Role Models: Nina Nastasia Took More From Her Father Than She Realized

How Jim Nastasia made her the artist she is today.

Whenever I think about who my role model might be, my father comes to mind immediately. He was an artist — a painter. He taught art at Fairfax High School in Hollywood California and at Cerritos College in order to make a living and support the family. Everyday of the year for as long as I knew him, he would spend hours in his studio after work and on the weekends painting and drawing. He drank whiskey and painted in his underwear. His role models were Picasso and Hemingway. This explained some behaviors that didn’t always work within the family unit, but we all have our issues. 

His work ethic was a huge influence. Creativity can feel loose and chaotic with no clear timeline. It just comes when it comes. You can have “dry spells” that linger for months and then inspiration that can take over and all of a sudden you have a body of work to show for it. The thing about a dry spell is, it can feel like it might last forever and then that’s it, as if you had no control in the matter, you’re done with being a creative person.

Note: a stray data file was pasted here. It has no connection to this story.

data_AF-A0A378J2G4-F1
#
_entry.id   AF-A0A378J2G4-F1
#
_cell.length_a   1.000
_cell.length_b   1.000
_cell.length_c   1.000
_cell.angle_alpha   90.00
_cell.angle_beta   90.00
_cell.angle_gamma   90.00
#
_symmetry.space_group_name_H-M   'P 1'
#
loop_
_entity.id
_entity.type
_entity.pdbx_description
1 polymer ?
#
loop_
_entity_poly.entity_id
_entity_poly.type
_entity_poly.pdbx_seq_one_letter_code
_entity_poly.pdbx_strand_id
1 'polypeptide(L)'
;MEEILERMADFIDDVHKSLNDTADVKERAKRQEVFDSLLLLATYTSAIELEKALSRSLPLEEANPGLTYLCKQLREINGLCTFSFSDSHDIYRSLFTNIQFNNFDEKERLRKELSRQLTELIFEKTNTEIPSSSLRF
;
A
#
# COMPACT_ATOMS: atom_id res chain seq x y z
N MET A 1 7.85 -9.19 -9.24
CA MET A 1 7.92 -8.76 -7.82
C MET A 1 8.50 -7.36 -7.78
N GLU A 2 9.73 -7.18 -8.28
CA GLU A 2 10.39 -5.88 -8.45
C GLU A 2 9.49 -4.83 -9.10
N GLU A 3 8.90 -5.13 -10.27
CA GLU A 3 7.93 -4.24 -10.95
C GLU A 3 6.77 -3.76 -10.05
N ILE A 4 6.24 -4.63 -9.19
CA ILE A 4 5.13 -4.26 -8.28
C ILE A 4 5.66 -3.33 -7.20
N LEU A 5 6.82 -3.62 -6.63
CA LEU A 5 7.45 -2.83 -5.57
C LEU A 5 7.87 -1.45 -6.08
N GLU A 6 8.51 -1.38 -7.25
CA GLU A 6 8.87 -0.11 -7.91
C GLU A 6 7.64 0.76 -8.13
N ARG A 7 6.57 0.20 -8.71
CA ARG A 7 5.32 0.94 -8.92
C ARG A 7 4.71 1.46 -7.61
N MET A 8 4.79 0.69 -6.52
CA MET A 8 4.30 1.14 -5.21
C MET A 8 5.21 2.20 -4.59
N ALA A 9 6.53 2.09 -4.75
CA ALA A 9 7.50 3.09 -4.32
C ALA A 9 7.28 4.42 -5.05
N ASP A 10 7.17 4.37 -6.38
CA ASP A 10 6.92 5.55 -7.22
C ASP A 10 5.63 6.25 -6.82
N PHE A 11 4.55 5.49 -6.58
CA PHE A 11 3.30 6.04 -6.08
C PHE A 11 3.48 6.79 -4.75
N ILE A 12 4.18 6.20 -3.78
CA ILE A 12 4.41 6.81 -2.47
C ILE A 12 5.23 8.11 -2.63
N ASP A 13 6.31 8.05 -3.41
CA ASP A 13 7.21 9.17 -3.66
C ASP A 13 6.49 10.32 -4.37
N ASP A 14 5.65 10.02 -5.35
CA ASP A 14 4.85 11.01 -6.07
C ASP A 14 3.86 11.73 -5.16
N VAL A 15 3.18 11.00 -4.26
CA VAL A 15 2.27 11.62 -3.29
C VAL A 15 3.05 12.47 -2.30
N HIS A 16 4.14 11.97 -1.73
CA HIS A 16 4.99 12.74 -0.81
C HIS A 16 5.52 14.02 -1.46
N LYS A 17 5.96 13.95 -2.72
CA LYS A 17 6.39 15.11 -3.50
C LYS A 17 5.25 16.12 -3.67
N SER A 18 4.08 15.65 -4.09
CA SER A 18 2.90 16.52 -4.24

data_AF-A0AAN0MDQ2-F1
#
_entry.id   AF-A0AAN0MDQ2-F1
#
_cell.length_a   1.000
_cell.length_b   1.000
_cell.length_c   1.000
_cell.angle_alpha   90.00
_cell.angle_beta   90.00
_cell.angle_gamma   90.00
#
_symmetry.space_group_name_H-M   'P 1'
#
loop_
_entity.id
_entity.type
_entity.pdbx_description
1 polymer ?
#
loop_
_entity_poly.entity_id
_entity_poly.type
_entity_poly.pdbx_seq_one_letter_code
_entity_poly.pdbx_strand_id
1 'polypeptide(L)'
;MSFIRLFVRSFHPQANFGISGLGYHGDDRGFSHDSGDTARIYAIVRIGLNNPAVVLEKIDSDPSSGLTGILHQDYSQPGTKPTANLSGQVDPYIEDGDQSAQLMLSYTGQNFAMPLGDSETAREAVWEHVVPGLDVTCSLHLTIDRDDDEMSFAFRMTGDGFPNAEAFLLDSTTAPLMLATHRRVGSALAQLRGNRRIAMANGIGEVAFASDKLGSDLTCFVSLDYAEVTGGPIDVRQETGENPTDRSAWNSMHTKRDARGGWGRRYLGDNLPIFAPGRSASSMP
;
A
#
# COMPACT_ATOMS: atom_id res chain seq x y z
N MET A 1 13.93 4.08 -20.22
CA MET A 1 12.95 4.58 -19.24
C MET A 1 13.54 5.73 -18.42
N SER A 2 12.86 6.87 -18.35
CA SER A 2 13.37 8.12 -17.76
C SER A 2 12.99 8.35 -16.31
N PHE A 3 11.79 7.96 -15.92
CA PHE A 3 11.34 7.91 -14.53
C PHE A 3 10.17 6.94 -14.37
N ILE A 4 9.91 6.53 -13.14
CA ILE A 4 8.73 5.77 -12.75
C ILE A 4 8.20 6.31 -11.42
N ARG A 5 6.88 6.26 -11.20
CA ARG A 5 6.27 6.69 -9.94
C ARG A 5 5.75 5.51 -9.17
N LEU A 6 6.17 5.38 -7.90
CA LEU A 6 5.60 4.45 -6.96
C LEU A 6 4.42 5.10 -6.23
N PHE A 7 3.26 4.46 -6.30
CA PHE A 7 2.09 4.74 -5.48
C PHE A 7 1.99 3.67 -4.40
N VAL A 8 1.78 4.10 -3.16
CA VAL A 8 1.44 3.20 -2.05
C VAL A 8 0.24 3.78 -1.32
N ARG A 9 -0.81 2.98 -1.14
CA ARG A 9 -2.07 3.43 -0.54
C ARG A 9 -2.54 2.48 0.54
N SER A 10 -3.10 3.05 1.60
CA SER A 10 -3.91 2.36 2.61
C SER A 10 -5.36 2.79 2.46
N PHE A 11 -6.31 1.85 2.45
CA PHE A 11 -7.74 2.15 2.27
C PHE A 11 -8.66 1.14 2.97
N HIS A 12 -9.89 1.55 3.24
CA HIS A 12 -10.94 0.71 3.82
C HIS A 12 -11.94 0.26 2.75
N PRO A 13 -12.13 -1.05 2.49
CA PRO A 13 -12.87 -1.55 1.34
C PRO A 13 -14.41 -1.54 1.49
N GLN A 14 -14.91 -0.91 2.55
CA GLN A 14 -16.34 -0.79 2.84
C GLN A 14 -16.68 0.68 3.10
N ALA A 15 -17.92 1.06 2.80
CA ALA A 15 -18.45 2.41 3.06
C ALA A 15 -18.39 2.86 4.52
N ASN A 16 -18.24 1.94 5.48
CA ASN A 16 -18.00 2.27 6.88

I found that if I made myself “go to work” everyday at a specific time and pick up my guitar and just play it for at least an hour, the inspiration would eventually come. In other words, I wouldn’t sit around and wait for it. I’m guessing my father escaped into his studio for mostly that, the escape, but I’m sure he understood the value of picking up a paint brush everyday in front of a canvas regardless of the end result.